Amazon Web Services (AWS) still has a toe in the infrastructure business, if you were wondering.
This week’s announcements at AWS Re:Invent focused on topics such as the Internet of Things (IoT) or database migration. But a few moments of CTO Werner Vogels’ keynote on Thursday went further down the stack, into the realm of containers and virtual machines.
Containers and VMs
For starters, AWS containers are getting a managed registry to live in. A registry is a place to store Linux containers so they can be reused at will — meaning, commonly used containers can be grabbed from the registry and launched on demand. That AWS is now willing to manage registries for its users is a sign of how fervently containers are being adopted on the platform.
The registry won’t be available until later this year, but user can sign up for it today.
Other new features for containers include:
- A scheduler that’s aware of AWS’ availability zones, making it easier to run applications that use containers in multiple zones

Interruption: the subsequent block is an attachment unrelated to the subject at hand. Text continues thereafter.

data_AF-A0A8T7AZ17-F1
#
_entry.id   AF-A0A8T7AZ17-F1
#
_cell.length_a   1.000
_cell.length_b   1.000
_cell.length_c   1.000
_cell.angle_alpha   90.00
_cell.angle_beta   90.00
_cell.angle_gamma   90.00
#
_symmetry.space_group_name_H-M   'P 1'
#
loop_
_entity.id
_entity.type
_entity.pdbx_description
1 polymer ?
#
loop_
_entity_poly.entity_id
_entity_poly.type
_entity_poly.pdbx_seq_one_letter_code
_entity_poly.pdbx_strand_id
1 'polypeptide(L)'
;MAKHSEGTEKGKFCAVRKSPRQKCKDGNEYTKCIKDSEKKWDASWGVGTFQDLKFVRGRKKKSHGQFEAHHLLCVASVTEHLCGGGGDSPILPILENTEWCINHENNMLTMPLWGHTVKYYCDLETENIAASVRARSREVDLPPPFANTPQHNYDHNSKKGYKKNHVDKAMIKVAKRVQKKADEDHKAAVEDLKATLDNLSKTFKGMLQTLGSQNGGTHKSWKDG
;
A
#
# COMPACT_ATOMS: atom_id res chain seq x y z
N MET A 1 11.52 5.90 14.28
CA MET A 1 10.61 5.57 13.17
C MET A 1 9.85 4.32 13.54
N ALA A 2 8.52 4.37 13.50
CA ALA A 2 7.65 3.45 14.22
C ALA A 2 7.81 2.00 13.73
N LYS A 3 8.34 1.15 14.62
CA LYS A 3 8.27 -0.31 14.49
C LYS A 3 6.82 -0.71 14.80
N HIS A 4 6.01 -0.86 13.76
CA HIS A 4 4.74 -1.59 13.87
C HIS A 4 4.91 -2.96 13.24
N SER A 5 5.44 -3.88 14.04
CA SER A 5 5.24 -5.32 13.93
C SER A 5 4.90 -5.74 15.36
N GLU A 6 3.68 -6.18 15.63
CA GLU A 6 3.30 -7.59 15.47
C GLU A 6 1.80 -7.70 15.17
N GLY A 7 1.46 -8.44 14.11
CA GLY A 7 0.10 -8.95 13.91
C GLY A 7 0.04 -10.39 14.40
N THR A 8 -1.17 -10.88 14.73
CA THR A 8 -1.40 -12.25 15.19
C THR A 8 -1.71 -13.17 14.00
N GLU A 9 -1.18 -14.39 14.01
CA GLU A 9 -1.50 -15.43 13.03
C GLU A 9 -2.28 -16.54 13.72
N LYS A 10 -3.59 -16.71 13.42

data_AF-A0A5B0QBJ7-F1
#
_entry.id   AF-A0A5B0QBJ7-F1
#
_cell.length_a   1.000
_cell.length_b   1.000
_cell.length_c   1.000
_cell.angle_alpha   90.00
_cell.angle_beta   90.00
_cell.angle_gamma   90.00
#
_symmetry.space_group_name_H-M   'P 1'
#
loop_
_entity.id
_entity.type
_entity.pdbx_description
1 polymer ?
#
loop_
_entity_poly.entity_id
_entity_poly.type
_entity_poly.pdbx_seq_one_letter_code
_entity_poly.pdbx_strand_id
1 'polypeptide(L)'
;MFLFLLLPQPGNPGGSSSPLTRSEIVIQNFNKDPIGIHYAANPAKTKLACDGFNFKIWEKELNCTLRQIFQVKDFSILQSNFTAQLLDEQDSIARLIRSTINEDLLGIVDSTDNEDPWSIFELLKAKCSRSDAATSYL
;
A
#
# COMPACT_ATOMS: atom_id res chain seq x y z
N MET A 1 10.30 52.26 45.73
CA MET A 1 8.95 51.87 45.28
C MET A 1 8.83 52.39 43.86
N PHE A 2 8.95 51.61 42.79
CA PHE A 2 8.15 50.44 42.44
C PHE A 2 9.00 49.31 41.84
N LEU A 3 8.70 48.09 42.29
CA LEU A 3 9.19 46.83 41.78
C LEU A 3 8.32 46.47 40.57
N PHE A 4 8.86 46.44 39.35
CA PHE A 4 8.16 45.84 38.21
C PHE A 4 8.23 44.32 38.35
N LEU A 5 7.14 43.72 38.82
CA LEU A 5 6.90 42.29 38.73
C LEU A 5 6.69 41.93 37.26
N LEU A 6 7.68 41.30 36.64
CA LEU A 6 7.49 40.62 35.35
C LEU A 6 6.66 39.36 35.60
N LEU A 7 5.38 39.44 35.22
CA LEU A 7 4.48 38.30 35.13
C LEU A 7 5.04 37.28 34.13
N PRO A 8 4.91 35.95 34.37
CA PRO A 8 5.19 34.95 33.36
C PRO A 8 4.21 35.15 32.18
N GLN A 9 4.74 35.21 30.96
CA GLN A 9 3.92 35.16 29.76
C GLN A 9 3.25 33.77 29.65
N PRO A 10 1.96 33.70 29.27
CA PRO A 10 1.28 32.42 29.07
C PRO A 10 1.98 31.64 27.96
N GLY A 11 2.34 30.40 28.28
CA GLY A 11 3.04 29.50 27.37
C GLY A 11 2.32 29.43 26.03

- Integration with AWS Compose, so that you can describe an application’s layout in Compose and have AWS launch the appropriate Docker containers
- A command-line interface similar to “other Docker command-line tools,” as Vogels described it.
Containers might be cool, but AWS customers still make heavy use of virtual machines, particularly for operations involving databases or Big Data analysis, Vogels said.
So, AWS also announced new VM instances catering to the high- and low-end uses. The X1 instance, to be available in the first half of 2016, is based on the Intel Xeon E7 V3 processor, providing 2 TB of memory and up to 100 virtual processor cores. On the other end of the spectrum, the t2.nano instance, coming available later this year, provides just 512 MB of memory.
The Lambda Life
Last year saw the introduction of AWS Lambda, the service that lets customers run functions without having rented a server; AWS picks which server the function will run on. The idea is to string together these functions, using them as building blocks for complex tasks.
Developers began asking for more features from the minute they got Lambda into their hands Vogels said. Some of those got announced Thursday:
- Support for the Python language, the outcry for which began almost immediately, Vogels said
- Support for Lambda in AWS’ virtual private cloud (VPC)
- Longevity, so that functions can last up to five minutes
- Custom retry logic.